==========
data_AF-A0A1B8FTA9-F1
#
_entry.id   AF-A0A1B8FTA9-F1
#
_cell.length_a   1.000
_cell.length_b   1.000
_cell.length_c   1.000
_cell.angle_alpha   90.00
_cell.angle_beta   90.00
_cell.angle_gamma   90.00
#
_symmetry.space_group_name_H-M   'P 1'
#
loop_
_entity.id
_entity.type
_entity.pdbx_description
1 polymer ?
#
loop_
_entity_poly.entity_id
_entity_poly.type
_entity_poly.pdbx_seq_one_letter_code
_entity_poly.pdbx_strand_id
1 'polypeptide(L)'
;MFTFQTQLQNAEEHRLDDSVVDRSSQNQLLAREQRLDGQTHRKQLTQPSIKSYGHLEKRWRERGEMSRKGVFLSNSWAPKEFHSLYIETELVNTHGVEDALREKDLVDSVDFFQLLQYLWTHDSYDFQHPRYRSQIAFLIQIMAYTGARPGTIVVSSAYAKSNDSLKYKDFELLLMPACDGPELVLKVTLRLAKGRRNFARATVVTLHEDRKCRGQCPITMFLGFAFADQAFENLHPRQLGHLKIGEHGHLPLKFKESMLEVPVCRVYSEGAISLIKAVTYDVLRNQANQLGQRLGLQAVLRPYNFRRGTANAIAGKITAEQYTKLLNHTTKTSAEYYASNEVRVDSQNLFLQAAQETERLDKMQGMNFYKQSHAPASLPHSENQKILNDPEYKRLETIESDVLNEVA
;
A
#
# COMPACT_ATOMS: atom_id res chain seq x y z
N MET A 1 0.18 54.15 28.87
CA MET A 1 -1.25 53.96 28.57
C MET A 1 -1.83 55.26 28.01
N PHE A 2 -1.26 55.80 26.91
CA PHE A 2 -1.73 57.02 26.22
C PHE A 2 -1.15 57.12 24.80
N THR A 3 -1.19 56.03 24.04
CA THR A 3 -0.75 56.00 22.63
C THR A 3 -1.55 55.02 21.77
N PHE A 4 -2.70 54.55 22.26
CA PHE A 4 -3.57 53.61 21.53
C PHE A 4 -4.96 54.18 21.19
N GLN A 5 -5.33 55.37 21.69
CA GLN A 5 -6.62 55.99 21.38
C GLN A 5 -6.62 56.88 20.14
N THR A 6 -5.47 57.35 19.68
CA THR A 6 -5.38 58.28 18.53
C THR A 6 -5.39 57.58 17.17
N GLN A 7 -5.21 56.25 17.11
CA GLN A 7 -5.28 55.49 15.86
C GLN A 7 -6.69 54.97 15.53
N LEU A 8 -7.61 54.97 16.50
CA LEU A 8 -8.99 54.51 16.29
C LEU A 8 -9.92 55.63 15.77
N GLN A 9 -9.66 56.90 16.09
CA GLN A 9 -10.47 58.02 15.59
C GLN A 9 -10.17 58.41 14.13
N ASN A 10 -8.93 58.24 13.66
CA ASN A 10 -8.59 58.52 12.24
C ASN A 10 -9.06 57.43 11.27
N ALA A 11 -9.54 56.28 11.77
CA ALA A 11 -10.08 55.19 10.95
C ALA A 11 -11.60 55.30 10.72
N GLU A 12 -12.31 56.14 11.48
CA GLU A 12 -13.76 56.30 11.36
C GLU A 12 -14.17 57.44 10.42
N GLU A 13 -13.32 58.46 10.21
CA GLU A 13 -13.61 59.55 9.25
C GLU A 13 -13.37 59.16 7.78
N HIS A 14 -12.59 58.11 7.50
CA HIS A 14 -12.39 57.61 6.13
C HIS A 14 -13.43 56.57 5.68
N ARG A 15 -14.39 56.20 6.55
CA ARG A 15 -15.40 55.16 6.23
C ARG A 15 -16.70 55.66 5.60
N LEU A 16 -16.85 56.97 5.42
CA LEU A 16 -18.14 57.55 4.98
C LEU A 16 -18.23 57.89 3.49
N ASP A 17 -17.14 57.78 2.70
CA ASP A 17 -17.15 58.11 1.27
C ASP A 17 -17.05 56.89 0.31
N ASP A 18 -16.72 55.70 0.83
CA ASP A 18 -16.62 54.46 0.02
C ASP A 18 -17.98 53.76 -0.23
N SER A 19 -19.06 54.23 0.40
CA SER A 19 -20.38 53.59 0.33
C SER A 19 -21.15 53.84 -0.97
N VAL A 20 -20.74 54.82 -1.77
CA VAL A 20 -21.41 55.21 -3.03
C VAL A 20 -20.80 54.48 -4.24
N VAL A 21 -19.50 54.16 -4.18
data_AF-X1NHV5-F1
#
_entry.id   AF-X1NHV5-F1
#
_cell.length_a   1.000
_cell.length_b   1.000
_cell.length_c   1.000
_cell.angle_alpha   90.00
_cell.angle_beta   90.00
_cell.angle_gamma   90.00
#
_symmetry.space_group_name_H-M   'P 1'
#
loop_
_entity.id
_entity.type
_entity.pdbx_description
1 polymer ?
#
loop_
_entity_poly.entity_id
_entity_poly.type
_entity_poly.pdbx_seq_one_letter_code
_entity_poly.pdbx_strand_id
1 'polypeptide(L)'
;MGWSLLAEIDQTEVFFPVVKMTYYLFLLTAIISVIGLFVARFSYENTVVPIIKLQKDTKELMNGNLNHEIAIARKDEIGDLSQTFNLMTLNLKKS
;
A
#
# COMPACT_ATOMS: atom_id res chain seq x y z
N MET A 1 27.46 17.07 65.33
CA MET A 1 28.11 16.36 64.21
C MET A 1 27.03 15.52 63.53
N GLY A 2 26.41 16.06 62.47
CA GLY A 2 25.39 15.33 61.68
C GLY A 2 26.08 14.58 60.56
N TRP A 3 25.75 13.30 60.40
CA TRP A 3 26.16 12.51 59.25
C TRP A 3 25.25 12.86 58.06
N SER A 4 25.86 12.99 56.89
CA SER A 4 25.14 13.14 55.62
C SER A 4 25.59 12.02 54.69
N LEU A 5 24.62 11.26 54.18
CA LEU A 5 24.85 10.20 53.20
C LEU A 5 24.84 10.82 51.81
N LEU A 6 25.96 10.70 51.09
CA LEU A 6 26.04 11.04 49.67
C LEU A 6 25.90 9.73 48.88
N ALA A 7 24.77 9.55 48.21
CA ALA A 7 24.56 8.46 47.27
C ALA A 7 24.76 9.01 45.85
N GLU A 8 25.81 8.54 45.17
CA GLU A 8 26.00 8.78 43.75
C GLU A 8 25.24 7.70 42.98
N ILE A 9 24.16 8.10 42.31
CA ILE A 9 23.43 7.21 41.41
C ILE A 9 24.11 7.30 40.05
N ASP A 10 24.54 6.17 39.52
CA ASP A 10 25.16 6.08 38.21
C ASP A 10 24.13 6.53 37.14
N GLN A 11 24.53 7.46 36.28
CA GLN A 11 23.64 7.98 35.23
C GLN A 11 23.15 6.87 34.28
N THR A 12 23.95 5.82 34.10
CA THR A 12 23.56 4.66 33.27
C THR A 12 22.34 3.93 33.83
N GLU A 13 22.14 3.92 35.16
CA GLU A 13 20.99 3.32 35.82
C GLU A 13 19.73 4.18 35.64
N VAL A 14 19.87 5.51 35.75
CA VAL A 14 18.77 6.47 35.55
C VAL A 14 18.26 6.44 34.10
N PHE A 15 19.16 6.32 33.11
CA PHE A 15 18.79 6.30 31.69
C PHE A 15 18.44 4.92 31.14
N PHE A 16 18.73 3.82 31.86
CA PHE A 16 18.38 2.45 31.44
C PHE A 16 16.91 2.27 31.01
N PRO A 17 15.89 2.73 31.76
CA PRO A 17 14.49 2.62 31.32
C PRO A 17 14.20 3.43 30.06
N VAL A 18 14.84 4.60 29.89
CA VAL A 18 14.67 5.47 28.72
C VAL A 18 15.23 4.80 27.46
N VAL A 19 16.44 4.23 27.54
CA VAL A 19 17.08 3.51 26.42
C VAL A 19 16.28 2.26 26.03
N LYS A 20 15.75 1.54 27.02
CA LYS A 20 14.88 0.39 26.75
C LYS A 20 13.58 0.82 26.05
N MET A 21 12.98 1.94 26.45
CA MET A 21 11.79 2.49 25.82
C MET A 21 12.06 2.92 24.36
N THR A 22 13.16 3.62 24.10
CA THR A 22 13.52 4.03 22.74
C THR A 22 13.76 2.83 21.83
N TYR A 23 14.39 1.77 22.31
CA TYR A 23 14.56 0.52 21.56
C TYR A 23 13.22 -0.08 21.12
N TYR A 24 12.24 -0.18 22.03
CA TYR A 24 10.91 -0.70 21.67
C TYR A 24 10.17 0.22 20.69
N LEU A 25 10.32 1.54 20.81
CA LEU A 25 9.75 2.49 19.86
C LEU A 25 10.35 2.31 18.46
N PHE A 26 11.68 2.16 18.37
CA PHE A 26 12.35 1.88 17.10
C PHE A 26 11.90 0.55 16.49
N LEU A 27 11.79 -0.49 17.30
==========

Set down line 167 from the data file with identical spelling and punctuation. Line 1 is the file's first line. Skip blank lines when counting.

N PHE A 16 18.73 3.82 31.86